When you’ve been injured on the job, getting the medical care you need is important – but the choice of doctor is also critical to your claim. After all, this is the person who has to certify not only the extent of your injuries but tie them into your workplace duties or accident. They’re also the person who controls when (or if) you can return to work, and what sort of limitations you have once you do.
In other words, you want to pick carefully. That means understanding exactly how the system works – and that’s not always easy, especially if this is your first claim. Here’s what you need to know:
Illinois follows a 2-doctor rule
Workers in Illinois have much more liberty to choose their own workers’ comp physician than folks in many other states – but they’re still subject to a lot of rules. In essence, you can pick your primary treating physician for workers’ comp, and you can change physicians once, for whatever reason.
There are a few caveats to keep in mind:
- Emergency care physicians who see you do not generally count toward an employee’s “choices.”
- Emergency care at a company clinic is often not considered part of your choices, either, although that’s not always so. A lot depends on how much freedom you have to pick a physician for other things.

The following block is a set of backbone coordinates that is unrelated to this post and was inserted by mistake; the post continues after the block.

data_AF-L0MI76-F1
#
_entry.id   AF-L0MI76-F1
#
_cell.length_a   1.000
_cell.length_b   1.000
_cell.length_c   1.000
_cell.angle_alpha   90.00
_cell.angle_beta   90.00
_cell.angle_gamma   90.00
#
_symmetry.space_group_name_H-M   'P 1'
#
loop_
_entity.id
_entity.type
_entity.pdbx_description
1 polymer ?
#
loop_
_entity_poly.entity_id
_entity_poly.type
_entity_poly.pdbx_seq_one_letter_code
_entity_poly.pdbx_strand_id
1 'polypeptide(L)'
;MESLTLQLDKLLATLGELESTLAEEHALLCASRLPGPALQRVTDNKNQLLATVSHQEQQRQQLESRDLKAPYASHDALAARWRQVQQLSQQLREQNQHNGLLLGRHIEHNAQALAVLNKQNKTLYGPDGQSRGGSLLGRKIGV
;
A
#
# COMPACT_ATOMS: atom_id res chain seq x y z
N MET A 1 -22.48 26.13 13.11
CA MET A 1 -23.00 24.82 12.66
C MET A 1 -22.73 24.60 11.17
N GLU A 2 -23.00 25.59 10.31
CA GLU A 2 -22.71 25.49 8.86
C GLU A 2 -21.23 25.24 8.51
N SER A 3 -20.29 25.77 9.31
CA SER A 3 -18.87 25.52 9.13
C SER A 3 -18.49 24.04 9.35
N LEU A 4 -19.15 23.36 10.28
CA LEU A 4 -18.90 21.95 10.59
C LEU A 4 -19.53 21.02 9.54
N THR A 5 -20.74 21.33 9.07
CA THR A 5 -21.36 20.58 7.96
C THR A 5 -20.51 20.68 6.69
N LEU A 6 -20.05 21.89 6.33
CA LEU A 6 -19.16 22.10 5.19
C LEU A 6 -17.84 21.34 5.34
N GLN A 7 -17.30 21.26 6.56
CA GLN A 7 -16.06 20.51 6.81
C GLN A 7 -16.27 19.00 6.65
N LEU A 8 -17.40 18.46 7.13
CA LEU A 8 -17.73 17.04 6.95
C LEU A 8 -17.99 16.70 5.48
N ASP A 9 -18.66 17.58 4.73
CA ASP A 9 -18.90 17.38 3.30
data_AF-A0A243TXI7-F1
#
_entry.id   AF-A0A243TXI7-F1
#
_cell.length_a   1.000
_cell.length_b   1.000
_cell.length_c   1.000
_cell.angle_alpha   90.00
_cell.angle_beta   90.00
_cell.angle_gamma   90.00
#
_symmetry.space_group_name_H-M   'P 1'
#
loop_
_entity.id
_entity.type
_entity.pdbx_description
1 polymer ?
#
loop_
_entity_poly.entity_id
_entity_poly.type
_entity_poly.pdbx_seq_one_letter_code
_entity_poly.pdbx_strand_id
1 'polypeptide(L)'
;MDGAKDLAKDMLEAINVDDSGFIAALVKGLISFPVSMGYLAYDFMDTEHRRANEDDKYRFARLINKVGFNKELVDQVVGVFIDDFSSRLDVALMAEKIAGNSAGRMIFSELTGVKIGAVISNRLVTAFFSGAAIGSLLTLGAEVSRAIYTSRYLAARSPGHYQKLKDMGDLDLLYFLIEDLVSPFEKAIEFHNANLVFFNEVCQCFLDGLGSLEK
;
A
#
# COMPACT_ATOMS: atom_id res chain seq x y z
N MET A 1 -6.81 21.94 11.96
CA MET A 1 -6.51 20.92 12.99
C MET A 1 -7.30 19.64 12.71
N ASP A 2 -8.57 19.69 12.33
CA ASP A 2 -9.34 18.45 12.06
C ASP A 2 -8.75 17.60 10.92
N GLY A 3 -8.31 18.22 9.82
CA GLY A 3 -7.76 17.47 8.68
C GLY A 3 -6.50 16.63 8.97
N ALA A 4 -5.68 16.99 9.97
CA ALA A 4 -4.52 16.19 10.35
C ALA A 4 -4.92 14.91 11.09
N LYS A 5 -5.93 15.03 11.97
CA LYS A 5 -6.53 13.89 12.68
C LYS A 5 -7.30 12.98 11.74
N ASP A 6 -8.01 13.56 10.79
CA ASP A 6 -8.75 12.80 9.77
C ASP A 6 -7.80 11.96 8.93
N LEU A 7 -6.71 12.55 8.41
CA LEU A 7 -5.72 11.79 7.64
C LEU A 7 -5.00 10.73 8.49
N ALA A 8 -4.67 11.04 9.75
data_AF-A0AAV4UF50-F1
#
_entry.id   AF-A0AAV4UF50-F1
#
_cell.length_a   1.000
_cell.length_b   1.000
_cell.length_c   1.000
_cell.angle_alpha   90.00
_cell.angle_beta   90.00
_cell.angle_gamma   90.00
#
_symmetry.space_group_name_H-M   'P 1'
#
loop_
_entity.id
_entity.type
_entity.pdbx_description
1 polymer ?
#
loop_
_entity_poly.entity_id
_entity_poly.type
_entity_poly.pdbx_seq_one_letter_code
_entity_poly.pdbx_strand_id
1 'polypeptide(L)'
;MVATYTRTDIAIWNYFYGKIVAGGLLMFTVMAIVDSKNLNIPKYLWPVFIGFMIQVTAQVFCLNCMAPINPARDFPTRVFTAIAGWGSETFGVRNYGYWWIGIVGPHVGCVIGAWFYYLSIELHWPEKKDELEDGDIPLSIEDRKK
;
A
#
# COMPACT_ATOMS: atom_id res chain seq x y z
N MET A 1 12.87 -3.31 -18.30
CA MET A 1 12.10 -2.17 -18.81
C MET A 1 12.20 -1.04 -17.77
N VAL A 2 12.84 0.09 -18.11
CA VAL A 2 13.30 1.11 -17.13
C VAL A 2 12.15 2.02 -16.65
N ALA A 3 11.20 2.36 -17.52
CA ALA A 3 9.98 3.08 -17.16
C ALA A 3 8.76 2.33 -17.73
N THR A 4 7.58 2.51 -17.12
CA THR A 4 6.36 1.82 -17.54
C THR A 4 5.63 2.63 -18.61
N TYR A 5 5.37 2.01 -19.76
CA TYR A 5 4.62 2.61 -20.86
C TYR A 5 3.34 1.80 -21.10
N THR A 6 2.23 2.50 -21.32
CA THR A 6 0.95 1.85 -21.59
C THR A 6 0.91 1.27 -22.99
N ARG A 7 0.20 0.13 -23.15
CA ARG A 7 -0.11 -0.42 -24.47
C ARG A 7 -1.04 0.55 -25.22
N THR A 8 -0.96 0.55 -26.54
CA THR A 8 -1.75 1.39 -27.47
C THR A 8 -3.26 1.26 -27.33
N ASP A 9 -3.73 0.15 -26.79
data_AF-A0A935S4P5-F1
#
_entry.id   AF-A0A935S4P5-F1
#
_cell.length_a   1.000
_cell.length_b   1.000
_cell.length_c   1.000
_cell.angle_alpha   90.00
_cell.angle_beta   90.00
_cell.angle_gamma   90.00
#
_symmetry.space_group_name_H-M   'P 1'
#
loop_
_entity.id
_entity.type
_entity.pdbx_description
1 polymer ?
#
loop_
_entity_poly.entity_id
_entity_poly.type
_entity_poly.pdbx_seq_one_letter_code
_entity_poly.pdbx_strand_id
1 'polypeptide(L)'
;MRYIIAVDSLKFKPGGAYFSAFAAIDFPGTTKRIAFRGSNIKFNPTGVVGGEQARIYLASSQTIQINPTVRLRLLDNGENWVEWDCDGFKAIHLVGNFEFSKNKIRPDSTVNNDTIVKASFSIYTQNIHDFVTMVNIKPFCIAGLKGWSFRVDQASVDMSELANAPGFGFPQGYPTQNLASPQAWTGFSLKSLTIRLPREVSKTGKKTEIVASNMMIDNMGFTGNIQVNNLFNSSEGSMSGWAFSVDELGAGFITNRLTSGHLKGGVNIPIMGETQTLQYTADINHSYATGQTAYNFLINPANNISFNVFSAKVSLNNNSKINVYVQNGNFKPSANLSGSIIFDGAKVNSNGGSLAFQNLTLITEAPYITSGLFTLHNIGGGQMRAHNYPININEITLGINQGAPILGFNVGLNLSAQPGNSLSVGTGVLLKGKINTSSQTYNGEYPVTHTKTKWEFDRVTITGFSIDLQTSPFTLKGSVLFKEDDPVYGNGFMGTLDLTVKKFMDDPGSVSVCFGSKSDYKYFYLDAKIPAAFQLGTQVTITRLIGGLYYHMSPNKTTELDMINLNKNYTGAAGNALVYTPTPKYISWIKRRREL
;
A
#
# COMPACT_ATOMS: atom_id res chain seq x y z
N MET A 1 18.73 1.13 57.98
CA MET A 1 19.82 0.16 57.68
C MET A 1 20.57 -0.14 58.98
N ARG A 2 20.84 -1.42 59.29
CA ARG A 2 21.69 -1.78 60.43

- If your employer has a preferred provider network (PPN), your primary and secondary choice of physicians must come from that list.
- If your physician of choice sends you to a specialist, the specialist does not count against your two choices. Nor does any other physician in that line of referrals.
If, for example, your physician of choice refers you to a back and spine specialist, and that specialist refers you to surgery, nobody in that treating line eats away your right to make a change in your medical care.
Workers’ compensation is supposed to be an easy, no-fault system that gets injured workers the medical care and benefits they deserve, but the system isn’t perfect. If your claim is becoming problematic, legal assistance is wise.